Eligible NCD issuers must have approval from official credit rating agencies such as CRISIL, CARE, etc. Companies with more than ₹1000 crore require approval from two different agencies. Non-convertible debentures from companies with good credit ratings are more secure as they exhibit more creditworthiness and are more likely to fulfill their credit obligations to investors.
Advantages of Investing in Non-Convertible Debentures
Investing in NCDs comes with a range of superb benefits.
- The high-interest rate, higher than even fixed financial instruments/deposits, is their most prominent benefit.
- Stock exchange listing makes an NCD a financial instrument of high liquidity. This is because NCDs lie in between bonds & equities in terms of liquidity. Therefore, investors can buy & sell quickly on the stock market.
- Corporate organizations issuing non-convertible debentures are reviewed & monitored by leading rating agencies, as per RBI regulations.
- Tax benefits are another significant reason as NCDs are not eligible for TDS.
The above benefits are in no way meagre and make NCDs an attractive & ideal investment vehicle. However, non-convertible debentures are also subject to market risks. Therefore, one must exercise caution and pay heed to the following factors before investing.
Factors To Consider Before Investing In Non-Convertible Debentures
If you are looking for a handsome interest income from an NCD, keep the following points in mind.
1. Credit Rating Of The Issuer
A company’s credit rating is one of the first things one must check out. Official bodies assign credit ratings, and it is best to buy NCDs from firms with high ratings from multiple credit rating agencies. A higher credit rating means lower risks, while low ratings indicate higher credit risk.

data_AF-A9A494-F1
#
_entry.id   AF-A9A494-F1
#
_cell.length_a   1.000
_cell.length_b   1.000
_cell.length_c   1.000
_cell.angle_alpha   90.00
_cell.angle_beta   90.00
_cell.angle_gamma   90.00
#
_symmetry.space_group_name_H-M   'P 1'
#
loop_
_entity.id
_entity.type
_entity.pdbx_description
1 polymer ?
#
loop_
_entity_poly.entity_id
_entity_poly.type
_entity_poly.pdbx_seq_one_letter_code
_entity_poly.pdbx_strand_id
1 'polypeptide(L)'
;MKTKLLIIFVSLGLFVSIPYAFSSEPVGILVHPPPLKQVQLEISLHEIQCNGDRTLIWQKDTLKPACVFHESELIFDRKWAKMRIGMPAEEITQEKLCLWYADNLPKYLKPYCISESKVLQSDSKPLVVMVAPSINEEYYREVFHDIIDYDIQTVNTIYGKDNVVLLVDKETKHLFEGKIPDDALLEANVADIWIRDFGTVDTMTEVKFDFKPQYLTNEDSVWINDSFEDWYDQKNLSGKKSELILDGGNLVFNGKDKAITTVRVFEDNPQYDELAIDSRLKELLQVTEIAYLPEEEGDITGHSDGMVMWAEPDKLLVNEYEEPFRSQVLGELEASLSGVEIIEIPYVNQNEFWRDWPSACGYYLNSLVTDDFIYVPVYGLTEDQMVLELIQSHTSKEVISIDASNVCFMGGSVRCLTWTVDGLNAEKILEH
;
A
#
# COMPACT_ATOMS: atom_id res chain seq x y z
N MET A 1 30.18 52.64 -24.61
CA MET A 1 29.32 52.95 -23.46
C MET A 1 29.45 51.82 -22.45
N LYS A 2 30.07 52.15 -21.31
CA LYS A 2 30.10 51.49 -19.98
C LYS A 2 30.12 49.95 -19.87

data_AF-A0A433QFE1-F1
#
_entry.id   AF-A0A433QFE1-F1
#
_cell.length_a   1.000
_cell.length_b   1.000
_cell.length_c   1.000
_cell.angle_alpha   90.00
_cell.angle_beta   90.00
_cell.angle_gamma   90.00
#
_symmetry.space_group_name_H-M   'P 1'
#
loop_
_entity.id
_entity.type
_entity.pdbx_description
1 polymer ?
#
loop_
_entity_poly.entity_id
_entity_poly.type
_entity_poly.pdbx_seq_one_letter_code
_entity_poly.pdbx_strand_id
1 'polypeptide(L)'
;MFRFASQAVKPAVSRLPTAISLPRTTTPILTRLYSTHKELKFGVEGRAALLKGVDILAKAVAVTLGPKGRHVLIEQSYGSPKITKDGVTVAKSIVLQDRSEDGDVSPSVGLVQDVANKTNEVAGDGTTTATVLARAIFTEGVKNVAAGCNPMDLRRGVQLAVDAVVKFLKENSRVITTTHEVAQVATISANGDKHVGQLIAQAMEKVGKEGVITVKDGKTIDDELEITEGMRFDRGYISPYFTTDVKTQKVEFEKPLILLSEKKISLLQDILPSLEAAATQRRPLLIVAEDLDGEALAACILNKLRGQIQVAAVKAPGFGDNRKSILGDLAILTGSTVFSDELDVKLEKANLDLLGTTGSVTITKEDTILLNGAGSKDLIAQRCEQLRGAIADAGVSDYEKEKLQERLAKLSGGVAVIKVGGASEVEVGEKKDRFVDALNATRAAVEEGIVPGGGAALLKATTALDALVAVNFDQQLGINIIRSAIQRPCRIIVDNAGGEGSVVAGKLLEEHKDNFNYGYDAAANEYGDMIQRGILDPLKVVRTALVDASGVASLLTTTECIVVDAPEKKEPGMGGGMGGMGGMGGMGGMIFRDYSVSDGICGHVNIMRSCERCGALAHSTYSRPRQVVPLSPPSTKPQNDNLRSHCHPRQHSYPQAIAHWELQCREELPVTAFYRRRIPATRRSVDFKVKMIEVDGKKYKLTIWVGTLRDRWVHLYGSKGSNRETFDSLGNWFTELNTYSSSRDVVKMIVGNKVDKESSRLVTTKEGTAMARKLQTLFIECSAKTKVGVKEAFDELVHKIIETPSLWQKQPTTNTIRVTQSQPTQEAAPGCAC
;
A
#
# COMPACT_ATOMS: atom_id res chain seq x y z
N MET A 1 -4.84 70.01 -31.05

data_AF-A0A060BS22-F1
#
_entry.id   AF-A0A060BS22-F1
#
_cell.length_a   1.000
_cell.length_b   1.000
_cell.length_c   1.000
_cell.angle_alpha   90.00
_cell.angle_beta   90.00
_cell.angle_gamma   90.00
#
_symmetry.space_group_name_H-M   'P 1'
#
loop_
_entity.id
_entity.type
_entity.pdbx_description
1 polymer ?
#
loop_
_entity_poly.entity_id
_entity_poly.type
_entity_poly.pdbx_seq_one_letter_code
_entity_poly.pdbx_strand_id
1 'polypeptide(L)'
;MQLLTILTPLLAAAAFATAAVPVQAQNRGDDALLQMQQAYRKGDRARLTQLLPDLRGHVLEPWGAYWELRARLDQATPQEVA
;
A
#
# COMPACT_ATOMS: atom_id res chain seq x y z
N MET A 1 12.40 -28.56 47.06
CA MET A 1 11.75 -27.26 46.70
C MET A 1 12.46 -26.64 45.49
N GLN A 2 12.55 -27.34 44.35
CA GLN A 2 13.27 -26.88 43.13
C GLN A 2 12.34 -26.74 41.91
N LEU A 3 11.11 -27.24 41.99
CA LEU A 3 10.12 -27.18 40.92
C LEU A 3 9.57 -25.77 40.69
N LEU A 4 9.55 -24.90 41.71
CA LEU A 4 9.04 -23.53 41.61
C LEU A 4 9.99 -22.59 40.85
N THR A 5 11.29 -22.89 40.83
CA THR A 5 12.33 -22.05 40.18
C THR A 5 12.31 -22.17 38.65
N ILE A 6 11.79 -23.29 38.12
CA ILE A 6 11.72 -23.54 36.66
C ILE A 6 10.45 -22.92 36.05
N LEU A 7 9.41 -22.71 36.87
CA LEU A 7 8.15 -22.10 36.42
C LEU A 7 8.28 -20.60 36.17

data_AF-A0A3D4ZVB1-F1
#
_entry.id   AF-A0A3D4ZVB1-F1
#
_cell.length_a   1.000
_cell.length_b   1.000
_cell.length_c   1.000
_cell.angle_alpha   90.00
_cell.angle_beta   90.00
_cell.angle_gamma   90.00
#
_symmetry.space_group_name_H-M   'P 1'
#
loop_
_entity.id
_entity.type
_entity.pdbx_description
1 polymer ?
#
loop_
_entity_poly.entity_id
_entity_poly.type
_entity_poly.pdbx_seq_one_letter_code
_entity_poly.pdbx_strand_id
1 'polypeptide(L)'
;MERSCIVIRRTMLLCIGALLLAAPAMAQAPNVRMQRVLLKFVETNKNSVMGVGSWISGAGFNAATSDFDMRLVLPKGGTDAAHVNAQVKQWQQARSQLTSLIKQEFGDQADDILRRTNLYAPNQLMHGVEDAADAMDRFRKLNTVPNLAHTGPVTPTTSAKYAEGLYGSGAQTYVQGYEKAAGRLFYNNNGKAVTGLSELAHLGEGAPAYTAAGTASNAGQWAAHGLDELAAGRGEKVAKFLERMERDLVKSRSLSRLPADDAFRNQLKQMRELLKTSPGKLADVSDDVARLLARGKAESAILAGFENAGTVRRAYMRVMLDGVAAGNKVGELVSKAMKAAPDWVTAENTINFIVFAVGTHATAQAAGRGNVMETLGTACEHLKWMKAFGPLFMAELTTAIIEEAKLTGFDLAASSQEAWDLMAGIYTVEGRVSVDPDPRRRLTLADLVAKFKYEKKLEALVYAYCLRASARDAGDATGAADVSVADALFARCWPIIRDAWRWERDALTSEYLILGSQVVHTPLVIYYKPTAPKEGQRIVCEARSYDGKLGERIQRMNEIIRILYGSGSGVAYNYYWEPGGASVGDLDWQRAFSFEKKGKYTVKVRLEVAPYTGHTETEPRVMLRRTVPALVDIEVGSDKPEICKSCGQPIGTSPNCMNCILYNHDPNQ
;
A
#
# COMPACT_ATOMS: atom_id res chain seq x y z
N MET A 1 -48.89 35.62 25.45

2. Debt Level
Always look into the company’s debt obligation history. Besides credit rating, do a thorough background check look at their past performance, and find out if they have a history of defaulting on their interest payments. In addition, find out more about the company’s debt-equity ratio, level of unsecured loans, and asset allocation.
3. Capital Adequacy Ratio
This ratio indicates the ability of an NCD issuer to sustain major losses. As a result, they are vulnerable to business risks & economic downturns. Check out the history of a company’s capital adequacy ratio before taking any decision.
4. Provisions For Non-Performing Assets
Companies looking to raise long-term capital using NCDs must be able to maintain at least 50% of their provisions for non-performing assets. This reduces investor risks and indicates better debt obligation.
5. Interest Coverage Ratio
The interest coverage ratio indicates the capability of a company to repay debts even under stress. Therefore, a higher interest coverage ratio depicts a healthy financial position.
The interest earned, the fixed rate, and the lure of more money can make NCD investments incredibly alluring.
Invest in a company with a good credit rating, read the scheme-related documents carefully, review the company’s financial statements and keep in mind the factors above before investing.
Yes, it is. Just make sure you check the issuer company’s assets, offer document, and credit ratings, and be clear about the goals of your investment ideas.
Bonds are secured by assets, while NCDs are generally unsecured by any asset or collateral. However, bonds have lower interest rates than NCDs.
Big companies such as central banks and major NBFCs issue NCDs publicly on the stock exchange to raise funds. Once listed, you can buy them through registered brokers.